Vatican Concerned About Islams Power
Islam is enjoying its time in the limelight. It should: A darker force is about to steal it.
Islam is the worlds fastest growing religion, and global influence is rising with the number of its believers. Iran and other Islamic states are settling into quite prominent positions in geopolitical machinations.
Among the places experiencing Islams imprint today, Europe is the most notable. Among the serious problems besieging the Continent, foremost is the growing influence of Islam. The Christian heritage of Europe is being diluted; European culture and society is being redefined.
Two of Europes largest cities, Madrid and London , have suffered at the hands of radical Islamic terrorists. In November 2004, Dutch filmmaker Theo van Gogh was shot to death and then violently stabbed by an Islamic immigrant. In Germany , mistrust between Germans and Muslim immigrants is growing; one recent study revealed that most Germans believe a clash with Islam is inevitable. With Muslim populations expanding and growing increasingly audacious, an anxious spirit of distrust is budding among native Europeans across the Continent. Tension between Europeans and Muslim immigrants is thickening.
Thanks to the backing they receive from nations such as Iran , as well as the growing popularity of Islam among Western nations, Europe s Muslim immigrants are a force to be reckoned with. In recent years especially, this sector of European society has made its presence felt.
As the historic and traditional faith in Europe , the Roman Catholic Church in recent times has become acutely aware of Islams growing presence and influence. The Muslim voice in Europe is growing louder; and the Vatican is growing wary.
The Vatican s concern was noted in a May 27 article by the news agency Zenit. Persecution of Christians in Islamic countries makes the news almost daily, and the Vatican is concerned. The article was reporting on the plenary session of Pontifical Council for Migrants and Travelers that occurred May 15-17.
After dealing with issues related to migration, Archbishop Lajolo, the equivalent of the Holy Sees foreign minister, turned to Islam. The faith factor, he noted, is becoming more and more important in the debate over migration (ibid., emphasis ours).
Muslim immigrants have freely entered Europe for decades. Is that about to change?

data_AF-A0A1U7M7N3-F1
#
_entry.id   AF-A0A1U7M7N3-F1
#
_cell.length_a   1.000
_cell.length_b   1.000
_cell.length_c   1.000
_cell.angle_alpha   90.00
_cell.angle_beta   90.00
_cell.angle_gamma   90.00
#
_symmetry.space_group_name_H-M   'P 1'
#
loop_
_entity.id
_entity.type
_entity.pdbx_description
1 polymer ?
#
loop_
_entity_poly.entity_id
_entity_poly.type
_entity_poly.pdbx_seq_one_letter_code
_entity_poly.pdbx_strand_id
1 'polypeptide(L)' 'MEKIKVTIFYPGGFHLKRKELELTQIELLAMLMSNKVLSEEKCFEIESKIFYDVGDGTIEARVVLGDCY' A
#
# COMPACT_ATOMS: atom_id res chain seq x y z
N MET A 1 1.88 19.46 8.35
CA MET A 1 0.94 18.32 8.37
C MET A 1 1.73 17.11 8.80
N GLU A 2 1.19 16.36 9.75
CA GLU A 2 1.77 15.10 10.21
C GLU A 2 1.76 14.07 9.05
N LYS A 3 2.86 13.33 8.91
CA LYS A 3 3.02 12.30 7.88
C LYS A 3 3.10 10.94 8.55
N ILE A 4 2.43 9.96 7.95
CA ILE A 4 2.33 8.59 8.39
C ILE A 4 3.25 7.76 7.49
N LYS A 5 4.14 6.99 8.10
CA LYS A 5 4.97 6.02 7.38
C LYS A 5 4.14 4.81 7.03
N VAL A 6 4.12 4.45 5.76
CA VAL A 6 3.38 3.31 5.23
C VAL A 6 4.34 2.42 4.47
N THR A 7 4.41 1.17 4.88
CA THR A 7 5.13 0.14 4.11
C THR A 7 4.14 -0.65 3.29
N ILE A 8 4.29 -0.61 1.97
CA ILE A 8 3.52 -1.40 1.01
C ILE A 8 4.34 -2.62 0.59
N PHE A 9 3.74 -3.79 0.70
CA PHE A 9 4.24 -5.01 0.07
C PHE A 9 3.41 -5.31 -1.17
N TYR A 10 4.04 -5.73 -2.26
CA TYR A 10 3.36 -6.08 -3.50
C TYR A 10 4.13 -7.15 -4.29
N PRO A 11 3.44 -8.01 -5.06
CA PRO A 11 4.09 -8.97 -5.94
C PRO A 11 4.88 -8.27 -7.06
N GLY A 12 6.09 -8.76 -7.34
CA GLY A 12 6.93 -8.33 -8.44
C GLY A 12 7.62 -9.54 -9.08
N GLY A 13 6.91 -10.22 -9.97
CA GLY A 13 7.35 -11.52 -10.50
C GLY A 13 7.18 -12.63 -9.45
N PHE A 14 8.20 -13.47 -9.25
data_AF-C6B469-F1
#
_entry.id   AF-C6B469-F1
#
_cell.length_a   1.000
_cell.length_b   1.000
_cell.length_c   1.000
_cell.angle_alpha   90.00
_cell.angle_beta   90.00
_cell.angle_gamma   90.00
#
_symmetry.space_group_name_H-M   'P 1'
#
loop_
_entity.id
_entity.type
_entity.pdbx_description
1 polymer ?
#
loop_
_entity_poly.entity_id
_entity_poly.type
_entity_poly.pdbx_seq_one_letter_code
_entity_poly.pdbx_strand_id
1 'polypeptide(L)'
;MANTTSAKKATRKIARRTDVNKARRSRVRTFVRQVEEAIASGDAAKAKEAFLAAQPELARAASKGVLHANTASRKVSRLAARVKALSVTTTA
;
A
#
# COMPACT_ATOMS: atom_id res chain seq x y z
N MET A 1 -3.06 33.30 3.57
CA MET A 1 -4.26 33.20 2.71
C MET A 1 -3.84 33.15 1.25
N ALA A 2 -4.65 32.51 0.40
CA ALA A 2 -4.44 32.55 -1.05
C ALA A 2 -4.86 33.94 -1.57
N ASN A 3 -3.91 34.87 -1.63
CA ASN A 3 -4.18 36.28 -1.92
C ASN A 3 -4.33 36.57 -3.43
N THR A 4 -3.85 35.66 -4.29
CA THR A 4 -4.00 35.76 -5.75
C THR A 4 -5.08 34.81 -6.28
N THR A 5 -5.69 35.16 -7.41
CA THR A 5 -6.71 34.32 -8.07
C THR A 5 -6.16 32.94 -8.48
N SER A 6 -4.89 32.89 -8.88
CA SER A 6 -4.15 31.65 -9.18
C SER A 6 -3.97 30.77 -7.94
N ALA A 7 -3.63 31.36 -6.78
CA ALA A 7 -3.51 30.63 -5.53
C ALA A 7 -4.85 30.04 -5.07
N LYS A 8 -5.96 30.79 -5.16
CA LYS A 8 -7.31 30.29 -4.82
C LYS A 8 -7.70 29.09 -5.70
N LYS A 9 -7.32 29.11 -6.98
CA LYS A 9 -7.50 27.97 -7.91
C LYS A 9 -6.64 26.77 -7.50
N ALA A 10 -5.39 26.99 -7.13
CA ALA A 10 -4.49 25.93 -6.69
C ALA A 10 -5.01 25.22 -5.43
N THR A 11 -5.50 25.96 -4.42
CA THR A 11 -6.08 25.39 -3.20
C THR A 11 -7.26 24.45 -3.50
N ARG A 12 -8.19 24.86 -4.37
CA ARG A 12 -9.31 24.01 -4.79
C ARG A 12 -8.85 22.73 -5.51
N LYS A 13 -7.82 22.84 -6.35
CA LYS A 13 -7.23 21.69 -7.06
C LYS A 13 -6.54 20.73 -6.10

During his address, the Vatican representative criticized Islamic nations for their lack of reciprocity and condemned nations such as Iran and Saudi Arabia for their tendency to promote radical Islamic norms and lifestyle in other nations. Islamic countries, he noted, demand religious rights for their citizens who migrate to other countries, but ignore this principle for non-Muslim immigrants present in their own lands (ibid.).
Beyond simply drawing attention to the growing crisis presented by Islam in Europe, the Vatican official recommended how best to withstand Islams foreboding presence.
First, the Catholic Church needs to live its own identity to the full, without backing down and by taking clear and courageous positions to affirm Christian identity. Radical Islamists, the prelate warned, take advantage of every sign they interpret as weakness. This suggestion by the Vatican makes it clear that compromise with Islam is not an option.
Another suggestion: Muslims who live in predominantly Christian countries should be integrated into the nation. Although European politicians who are unsure about just what to do with their raging Muslim populations will appreciate this notion, the Islamic world surely will not. We live in a time when Muslim imams are agitating for the establishment of a global Islamic caliphate; the last thing we should expect to see is a widespread integration of Muslim immigrants into Western culture.
Nevertheless, the fact that the Vatican , and a number of European nations, are alarmed by Islams mushrooming presence is a foreboding sign of things to come. A look at the history of this church-state combine portends what we can expect to see in the near future. Watch for the Vatican and Germany to begin to work more closely together to unite Europe , and then to set the Iran-led Islamic movement straight.